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Jermaine Kearse tees it up with Jordan Spieth for a new kind of pressure

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Jets WR Jermaine Kearse talks about his round with Jordan Spieth at (0:19)

Jets WR Jermaine Kearse talks about his round with Jordan Spieth at the Travelers Championship celebrity pro-am. Video by Rich Cimini (0:19)

CROMWELL, Conn. -- Jermaine Kearse has played in 12 postseason games in his NFL career, including two Super Bowls. He has made acrobatic catches in the biggest moments, feats born of unshakable concentration and a strong immunity to pressure. Dude is clutch. He doesn't get rattled.

On Wednesday, Kearse's mental toughness was put to the test as he stepped to the first tee at the Travelers Championship celebrity pro-am. This was his first time playing golf in front of a crowd, and it was a big crowd because the pro in his foursome was the popular Jordan Spieth, the fifth-ranked golfer in the world and the tournament's defending champion.

Kearse could've picked an easier public debut, like, say, the local Rotary Club outing, but he went all-in: big tournament, big playing partner. Moments before his first shot, the New York Jets' wide receiver noted how he's played before 80,000 in football stadiums across the country but wasn't sure how he'd handle a few hundred spectators on the golf course. Truth be told, his knees were knocking and his stomach was somersaulting.

"You could kind of see it," his older brother and caddie, Jovan Kearse, said afterward. "When he was holding the club, he was shaking a little bit."

Kearse's first drive was long, if not straight, but he accomplished his modest goal: make contact. He overcame an early case of nerves to shoot an 88 on the challenging TPC River Highlands course, no small feat for someone who picked up golf only five years ago. He made back-to-back birdies (he lipped out two other birdie putts) and mashed a few drives that exceeded 300 yards, drawing applause from the gallery.

Clutch is clutch, regardless of the arena.

"Great shot," Spieth told Kearse several times throughout the round.

Jets WR Jermaine Kearse knocks it to within 12 feet on this 120-yard par-3 in the Travelers Championship celebrity pro-am. His birdie putt lipped out. It would've been his third straight birdie.

Rich Cimini, ESPN Staff Writer ago

Kearse, a 9-handicap, has developed into a full-fledged golfing fanatic. When the Jets had an off day in the spring, he was on a golf course somewhere in New Jersey or New York. Competing against your big brother is one thing; playing alongside a three-time major winner is on another level.

"It was very awesome to come out here and play with a player of his caliber and see why he's so great," said Kearse, who landed a spot in the marquee foursome because of his friendship with Spieth's longtime caddie, Michael Greller.

Kearse and Greller met a few years ago at a Seattle Seahawks practice and they became fast friends. They're both from the Seattle area, where Greller was a middle-school math teacher before caddying for Spieth and where Kearse was a high-school and college-football star before landing with the Seahawks out of the University of Washington.

On Wednesday, Greller introduced Kearse to Spieth, and they hit it off so well they exchanged cell numbers after the round. They spent a lot of time together on the course, walking and talking.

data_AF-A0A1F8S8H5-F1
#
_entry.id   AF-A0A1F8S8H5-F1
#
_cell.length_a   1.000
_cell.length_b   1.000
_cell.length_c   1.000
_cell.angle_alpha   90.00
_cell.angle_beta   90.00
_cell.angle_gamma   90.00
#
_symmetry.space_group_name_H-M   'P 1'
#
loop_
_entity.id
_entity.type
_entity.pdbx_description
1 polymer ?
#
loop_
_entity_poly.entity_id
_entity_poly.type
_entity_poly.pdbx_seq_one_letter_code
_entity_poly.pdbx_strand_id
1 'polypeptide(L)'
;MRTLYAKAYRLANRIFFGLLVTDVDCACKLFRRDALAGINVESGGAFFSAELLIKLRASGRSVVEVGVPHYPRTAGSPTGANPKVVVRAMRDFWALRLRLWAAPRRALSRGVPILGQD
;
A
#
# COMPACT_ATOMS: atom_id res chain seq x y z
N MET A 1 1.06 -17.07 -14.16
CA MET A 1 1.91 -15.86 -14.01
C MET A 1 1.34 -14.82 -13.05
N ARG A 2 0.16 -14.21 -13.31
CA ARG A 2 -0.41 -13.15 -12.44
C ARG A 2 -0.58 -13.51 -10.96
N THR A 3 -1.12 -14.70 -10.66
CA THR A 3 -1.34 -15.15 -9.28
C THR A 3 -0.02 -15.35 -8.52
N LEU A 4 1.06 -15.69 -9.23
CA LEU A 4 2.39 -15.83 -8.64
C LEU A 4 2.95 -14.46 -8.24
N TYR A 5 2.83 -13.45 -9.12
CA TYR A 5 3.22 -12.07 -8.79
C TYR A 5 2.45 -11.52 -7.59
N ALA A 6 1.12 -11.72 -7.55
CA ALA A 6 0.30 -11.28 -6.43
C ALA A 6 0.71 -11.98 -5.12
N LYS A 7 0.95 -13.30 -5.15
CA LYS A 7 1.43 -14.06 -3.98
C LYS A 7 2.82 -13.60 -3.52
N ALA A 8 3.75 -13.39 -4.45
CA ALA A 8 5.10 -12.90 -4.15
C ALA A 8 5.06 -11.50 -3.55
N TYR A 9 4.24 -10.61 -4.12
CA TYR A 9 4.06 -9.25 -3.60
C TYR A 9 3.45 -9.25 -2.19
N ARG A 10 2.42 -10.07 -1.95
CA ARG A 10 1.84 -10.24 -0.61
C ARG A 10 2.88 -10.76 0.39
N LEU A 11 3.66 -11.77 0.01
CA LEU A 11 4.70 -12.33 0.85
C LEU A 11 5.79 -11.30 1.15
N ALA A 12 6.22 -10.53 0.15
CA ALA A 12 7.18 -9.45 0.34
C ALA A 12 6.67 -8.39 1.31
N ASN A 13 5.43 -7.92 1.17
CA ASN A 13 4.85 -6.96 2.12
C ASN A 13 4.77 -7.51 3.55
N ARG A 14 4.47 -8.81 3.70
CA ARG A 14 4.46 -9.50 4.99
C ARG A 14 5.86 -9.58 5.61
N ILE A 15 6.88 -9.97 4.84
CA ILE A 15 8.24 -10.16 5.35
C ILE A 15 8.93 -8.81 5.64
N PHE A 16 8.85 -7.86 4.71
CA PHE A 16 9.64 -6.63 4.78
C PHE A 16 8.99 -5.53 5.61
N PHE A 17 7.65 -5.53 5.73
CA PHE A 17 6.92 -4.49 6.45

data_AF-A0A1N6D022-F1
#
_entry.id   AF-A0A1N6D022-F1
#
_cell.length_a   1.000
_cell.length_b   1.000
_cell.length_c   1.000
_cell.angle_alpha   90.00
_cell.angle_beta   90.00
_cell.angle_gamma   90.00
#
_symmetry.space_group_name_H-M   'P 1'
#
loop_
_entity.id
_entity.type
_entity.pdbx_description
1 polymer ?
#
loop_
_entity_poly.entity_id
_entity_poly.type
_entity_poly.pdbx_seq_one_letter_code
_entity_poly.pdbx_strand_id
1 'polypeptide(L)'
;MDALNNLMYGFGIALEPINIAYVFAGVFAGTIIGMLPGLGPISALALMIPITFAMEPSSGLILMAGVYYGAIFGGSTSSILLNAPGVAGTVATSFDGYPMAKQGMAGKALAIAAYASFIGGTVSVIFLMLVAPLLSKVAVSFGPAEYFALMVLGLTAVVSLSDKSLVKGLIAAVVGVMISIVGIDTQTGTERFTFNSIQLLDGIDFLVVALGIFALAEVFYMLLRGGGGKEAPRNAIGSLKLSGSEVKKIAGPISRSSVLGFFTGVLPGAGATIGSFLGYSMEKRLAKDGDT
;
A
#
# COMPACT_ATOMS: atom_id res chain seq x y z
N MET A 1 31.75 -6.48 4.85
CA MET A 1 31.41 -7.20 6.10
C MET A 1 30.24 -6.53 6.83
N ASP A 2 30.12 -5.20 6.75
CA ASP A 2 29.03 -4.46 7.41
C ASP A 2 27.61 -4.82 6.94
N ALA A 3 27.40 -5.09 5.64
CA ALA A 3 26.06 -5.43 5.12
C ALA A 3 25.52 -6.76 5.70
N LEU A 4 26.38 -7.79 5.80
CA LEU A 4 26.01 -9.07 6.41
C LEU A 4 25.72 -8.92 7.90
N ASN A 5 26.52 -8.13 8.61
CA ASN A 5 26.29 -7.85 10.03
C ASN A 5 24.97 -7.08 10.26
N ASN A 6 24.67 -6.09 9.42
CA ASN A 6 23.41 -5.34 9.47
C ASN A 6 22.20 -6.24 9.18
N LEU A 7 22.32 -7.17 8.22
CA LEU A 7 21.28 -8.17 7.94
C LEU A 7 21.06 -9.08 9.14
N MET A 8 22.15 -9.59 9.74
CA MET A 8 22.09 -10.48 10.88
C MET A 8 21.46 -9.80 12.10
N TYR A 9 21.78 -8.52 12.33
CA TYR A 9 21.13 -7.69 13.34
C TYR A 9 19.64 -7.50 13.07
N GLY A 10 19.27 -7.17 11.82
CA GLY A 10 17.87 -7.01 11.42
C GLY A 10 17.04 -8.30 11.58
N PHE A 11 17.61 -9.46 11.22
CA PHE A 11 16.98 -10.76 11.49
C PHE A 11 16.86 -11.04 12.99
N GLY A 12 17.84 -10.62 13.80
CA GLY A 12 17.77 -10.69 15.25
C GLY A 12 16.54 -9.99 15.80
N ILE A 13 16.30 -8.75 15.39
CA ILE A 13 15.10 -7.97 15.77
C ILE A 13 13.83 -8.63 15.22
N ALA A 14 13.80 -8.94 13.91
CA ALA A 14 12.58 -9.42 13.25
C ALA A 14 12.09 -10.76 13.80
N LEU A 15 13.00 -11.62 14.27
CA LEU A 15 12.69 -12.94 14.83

They talked golf, as Kearse probed for advice on how to make in-round adjustments. They talked football, as Spieth asked about the Jets and what it felt like to be traded after five years in Seattle.

"He's a Cowboys fan, but he was curious about how the Jets are going to do this year," said Kearse, who led the team with 65 receptions last season. "I told him I feel really good about our team."

On their long walk across the lush fairways, Kearse and Spieth discovered a cosmic connection between their two sports -- the importance of mental toughness. In football, they go play to play. In golf, it's shot to shot. The goal is the same: Forget about the bad ones and move on. At one point, Spieth teased Kearse, telling him golf is tougher on the players than football because there's no place to hide after a mistake.

Clearly, Kearse is serious about golf. At the 11th tee, he took out his cell phone and took video of Spieth's tee shot. Hey, football players are trained for film study, aren't they? After hooking a few early drives, Kearse asked Spieth for advice. Spieth suggested an adjustment in his stance, and it worked. On the 17th hole, Kearse cleared water with a 350-yard drive -- the golf equivalent of an 80-yard touchdown catch.

"It's been an interesting ride to see where he started to where he is now," Jovan Kearse said of his brother's golf game. "It's kind of like his football career. He started out undrafted out of college, and he's come a long way."

Spieth was the star attraction, but the galleries recognized Kearse. At the second hole, one fan said to another, "He's the guy who made that crazy catch in the Super Bowl with the Seattle Seahawks." He was referring to Super Bowl XLIX in February 2015, and that circus catch nearly beat the New England Patriots. Malcolm Butler saved the Patriots with his goal-line interception.

There were no heckling Patriots' fans in the gallery. They were kind to Kearse, who received plenty of autograph requests, including from a few Jets fans in the crowd. During a delay at the 15th tee, he and Greller sat on a bench, away from the crowd, talking about old times and eating pizza. Golf is fun for Kearse. Well, let's just say he takes his fun seriously.

"It's a good getaway from football," he said. "You can relax your mind and be competitive at the same time."